As a result, the whole mechanics of the 'who dunnit' are ruined. I was almost genuinely surprised by the simplicity of the resolution! Expecting the quiet and understated James May cipher to whip off the mask, it was a shock to find the villain of the piece... to be the villain of the piece! Who'd have thought the boorish figure of ridicule, with a pronounced hatred for other species... hated other species?

A real shame, given my love for Morris' other Big Finish productions and his BBC novels too - but there's just not much here to sink your teeth into. Jokes that fall flat; impression masquerading as parody and satire and also a bizarrely ill-written Lucie prone not being particularly proactive and making comically stupid suggestions.
From the Reviewer:
User Rating:
8
Plot Rating:
8
Acting Rating:
9
Replay Rating:
9
Effects Rating:
9
Has Prerequisite(s):
Yes
Reviewed By: kfb2014Review Date: 10/21/16 12:56 pm
0 out of 1 found this review helpful.

The second instalment takes us on a different journey, with the Doctor, Liv and Helen, all on the trail of the ‘Clocksmith’, the person whom seems to be a time traveller himself, trying to put back together the mechanism of doom. There is in this instalment a lot of background story being played out, the story is starting to get more complex. The separation element a classic of most Who stories is also more apparent here, with the Doctor, Helen and Liv all searching for more information about the parts to the doomsday clock at different points of time. We also have the introduction of River Song, popping up as a sort of laser gun wielding extra from the Sound of Music, a parody of Fittons descriptive narrative not my own interpre-tation of her appearance. There is also some wonderful imagery being woven into the story. The Doctor is on the trail of clock with the help/hindrance of Lord Thomas Cromwell, where-as Liv is in medieval Prague, trying to piece together her own investigations with the help of a rather peculiar prison inmate. Helen on the other hand is in modern day Italy, who is trying to get an interview to talk about the doomsday clock with an eminent professor, who seems to be putting together a clock for his own purposes. The story is now starting to pick up a pace, and the story itself is becoming more and more intriguing.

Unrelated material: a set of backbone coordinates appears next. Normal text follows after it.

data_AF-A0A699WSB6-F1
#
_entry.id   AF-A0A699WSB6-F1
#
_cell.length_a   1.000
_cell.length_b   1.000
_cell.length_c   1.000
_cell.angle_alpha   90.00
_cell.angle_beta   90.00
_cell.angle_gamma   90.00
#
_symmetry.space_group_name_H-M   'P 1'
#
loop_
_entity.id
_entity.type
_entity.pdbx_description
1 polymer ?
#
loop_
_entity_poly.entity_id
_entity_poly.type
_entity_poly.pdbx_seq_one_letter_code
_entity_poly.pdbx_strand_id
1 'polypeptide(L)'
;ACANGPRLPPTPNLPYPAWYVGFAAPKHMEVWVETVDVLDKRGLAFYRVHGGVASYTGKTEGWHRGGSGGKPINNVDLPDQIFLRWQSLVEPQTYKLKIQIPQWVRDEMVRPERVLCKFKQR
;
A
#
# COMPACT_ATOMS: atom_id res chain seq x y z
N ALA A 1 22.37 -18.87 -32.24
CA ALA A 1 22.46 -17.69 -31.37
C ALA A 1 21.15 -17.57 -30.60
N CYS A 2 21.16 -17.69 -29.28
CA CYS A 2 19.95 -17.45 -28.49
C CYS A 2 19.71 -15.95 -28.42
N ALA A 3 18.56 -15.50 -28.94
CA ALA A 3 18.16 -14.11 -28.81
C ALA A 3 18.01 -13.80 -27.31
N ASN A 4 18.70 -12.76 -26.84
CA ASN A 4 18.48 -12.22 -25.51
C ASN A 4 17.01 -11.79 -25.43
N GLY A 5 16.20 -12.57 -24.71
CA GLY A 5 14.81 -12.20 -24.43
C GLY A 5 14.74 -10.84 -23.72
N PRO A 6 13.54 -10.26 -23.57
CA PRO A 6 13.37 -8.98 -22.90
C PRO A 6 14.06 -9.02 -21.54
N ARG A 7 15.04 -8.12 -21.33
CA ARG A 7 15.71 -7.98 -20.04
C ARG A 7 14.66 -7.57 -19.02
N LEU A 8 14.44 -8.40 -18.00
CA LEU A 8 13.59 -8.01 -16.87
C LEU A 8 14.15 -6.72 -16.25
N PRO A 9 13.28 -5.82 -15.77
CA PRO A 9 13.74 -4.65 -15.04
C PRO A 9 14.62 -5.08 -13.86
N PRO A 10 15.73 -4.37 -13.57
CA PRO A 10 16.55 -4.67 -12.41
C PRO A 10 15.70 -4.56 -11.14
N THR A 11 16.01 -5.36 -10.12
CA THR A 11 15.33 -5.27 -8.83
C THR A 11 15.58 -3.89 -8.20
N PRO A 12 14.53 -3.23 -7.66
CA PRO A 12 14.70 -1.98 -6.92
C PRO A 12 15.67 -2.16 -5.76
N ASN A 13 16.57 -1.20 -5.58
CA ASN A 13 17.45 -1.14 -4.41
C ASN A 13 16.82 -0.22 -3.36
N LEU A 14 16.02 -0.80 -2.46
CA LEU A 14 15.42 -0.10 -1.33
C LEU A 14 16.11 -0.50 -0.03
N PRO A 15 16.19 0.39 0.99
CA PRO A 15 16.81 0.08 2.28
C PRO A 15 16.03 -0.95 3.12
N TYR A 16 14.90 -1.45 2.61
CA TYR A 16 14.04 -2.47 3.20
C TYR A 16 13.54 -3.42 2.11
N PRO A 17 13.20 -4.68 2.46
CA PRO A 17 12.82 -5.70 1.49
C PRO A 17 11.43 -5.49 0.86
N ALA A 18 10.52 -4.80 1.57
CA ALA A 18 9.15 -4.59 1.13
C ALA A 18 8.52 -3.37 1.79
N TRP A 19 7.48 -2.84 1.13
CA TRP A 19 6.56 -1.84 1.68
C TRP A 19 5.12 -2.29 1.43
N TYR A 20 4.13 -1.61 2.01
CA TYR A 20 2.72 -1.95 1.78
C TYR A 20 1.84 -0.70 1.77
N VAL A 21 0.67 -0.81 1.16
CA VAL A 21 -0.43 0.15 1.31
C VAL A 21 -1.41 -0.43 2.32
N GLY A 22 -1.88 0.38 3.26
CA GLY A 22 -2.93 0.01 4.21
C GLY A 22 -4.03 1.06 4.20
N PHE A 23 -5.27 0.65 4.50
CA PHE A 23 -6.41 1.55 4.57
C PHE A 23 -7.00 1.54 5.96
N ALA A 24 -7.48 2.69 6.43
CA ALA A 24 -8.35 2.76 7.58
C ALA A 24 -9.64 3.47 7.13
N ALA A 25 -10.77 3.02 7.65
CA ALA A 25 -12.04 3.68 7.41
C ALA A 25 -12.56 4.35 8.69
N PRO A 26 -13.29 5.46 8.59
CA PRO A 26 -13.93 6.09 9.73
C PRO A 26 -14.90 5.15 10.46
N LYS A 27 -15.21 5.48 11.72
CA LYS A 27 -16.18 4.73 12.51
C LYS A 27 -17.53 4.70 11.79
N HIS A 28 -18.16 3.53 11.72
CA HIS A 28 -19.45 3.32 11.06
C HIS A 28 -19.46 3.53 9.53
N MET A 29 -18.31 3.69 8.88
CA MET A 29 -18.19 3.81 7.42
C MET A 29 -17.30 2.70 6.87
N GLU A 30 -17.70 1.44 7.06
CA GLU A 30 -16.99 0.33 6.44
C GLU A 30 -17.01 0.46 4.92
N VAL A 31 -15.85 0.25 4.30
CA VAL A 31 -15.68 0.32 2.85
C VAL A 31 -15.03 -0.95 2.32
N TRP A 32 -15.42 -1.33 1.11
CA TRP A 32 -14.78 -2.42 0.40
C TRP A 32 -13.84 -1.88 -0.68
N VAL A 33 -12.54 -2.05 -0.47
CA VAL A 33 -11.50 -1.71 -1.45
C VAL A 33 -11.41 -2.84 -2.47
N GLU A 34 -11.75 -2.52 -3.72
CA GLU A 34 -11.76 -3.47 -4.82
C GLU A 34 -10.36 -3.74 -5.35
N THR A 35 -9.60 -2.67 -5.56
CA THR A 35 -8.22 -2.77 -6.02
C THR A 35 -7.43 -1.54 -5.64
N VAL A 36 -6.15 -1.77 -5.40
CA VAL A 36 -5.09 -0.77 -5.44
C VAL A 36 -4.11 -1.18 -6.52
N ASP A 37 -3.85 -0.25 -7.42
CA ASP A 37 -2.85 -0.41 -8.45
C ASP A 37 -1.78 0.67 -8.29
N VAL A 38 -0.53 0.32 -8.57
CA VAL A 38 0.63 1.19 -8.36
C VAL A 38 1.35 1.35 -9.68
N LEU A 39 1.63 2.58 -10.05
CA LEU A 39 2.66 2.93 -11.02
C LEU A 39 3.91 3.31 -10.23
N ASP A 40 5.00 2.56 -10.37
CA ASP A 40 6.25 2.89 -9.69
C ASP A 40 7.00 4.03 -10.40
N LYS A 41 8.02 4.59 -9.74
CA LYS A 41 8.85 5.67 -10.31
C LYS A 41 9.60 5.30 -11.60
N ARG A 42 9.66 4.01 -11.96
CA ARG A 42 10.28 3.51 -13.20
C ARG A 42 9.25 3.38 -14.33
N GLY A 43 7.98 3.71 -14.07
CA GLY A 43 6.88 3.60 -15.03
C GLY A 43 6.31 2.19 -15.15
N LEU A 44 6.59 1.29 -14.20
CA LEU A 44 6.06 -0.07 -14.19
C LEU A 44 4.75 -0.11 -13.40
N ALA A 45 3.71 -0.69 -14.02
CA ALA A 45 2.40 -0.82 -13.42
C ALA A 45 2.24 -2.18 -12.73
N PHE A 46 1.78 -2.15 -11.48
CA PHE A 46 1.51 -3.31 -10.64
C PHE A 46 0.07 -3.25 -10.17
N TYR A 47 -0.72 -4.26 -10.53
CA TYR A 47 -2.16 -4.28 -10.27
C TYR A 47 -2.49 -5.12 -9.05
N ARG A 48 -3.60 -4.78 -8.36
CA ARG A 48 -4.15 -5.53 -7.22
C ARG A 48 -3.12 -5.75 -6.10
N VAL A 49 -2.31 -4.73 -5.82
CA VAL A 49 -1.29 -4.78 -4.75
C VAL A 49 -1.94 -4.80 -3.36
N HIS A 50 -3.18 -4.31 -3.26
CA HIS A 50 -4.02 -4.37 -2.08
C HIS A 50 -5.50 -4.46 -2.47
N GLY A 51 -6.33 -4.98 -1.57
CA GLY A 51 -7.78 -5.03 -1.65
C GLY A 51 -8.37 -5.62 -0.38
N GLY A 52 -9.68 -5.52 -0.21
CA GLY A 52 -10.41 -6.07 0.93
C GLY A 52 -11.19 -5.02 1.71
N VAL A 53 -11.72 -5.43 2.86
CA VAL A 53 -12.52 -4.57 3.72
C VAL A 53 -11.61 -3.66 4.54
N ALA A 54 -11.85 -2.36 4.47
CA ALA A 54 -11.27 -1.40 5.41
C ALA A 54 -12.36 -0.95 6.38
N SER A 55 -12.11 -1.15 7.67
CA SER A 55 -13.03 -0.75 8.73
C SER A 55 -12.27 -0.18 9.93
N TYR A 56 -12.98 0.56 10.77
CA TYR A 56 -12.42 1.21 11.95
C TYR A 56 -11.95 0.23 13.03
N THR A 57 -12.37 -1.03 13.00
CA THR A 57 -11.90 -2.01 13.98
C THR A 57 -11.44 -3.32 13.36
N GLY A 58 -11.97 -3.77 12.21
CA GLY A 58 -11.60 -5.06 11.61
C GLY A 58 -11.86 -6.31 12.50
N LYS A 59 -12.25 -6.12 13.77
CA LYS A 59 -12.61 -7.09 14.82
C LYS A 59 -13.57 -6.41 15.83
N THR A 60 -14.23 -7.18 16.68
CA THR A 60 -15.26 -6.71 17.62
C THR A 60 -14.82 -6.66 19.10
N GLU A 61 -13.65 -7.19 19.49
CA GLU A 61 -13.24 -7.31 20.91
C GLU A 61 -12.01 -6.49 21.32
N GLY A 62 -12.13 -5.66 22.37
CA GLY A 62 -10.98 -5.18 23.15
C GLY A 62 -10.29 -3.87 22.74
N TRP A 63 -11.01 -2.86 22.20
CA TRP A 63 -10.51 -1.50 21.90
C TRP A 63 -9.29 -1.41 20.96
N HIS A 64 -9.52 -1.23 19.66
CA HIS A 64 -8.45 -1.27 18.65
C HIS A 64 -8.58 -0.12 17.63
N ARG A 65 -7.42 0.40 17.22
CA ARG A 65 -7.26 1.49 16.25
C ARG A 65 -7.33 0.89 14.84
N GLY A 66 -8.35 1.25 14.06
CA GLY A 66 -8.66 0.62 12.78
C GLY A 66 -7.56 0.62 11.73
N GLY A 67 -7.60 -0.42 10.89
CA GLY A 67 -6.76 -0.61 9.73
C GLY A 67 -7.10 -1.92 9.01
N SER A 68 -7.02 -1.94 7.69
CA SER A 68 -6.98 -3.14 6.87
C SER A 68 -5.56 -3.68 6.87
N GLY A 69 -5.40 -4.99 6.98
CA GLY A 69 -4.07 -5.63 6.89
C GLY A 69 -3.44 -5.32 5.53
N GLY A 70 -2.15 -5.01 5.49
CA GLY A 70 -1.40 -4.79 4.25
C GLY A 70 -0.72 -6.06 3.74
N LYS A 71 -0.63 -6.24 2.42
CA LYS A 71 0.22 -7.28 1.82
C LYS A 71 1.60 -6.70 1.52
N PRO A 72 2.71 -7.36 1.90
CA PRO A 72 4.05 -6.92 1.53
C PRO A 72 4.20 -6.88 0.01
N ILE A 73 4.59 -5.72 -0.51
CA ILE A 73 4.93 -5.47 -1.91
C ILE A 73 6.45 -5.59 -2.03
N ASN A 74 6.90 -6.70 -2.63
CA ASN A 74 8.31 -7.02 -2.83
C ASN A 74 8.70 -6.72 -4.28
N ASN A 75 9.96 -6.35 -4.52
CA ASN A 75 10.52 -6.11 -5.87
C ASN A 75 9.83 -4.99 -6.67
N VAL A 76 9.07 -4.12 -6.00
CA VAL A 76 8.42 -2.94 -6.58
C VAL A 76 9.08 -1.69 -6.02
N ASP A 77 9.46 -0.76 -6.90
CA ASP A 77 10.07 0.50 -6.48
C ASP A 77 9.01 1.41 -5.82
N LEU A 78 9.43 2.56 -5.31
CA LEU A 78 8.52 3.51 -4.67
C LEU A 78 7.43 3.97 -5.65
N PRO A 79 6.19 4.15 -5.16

From the Reviewer:
User Rating:
8
Plot Rating:
9
Acting Rating:
8
Replay Rating:
9
Effects Rating:
8
Has Prerequisite(s):
Yes
Reviewed By: kfb2014Review Date: 10/21/16 12:55 pm
0 out of 1 found this review helpful.

This is one of those stories that actually regardless of whether it is a Who story or a story not, it is beautifully crafted, well written and superbly acted. Of course it massively helps when you have the likes of Dorney, writing such an eloquent story based on real life loss, drawing on this incredibly daunting part of anyone’s life with the loss in this instant of his father, has given us a wonderful and heartfelt spin on what we would if we could, have that last conver-sation with that special person who has passed. The way that Dorney has worked this into of all things a science fiction drama is rather well treated and exceptionally well crafted.
The Doctor is with Liv and with Helen Sinclair, again superbly acted by¬ Hattie Morahan and Nicola Walker, whom once again take on the roles of companions to No.8 Doctor, Paul McGann, whom as I have said previously, performs almost without trying, he is so slick. The story, does offer a tantalising insight in to what we know will become a real cracker of a story over these 4 episodes. The step up of pace is felt I thought at the end, with the need to stop what could potentially be a rather unfortunate ending to the universe, if not for the Doctor and his companions intervention. A real treat for the fans of Doom Coalition, and also a master-class in how to write, produce and cast and audio drama. What a fabulous start to this re-lease.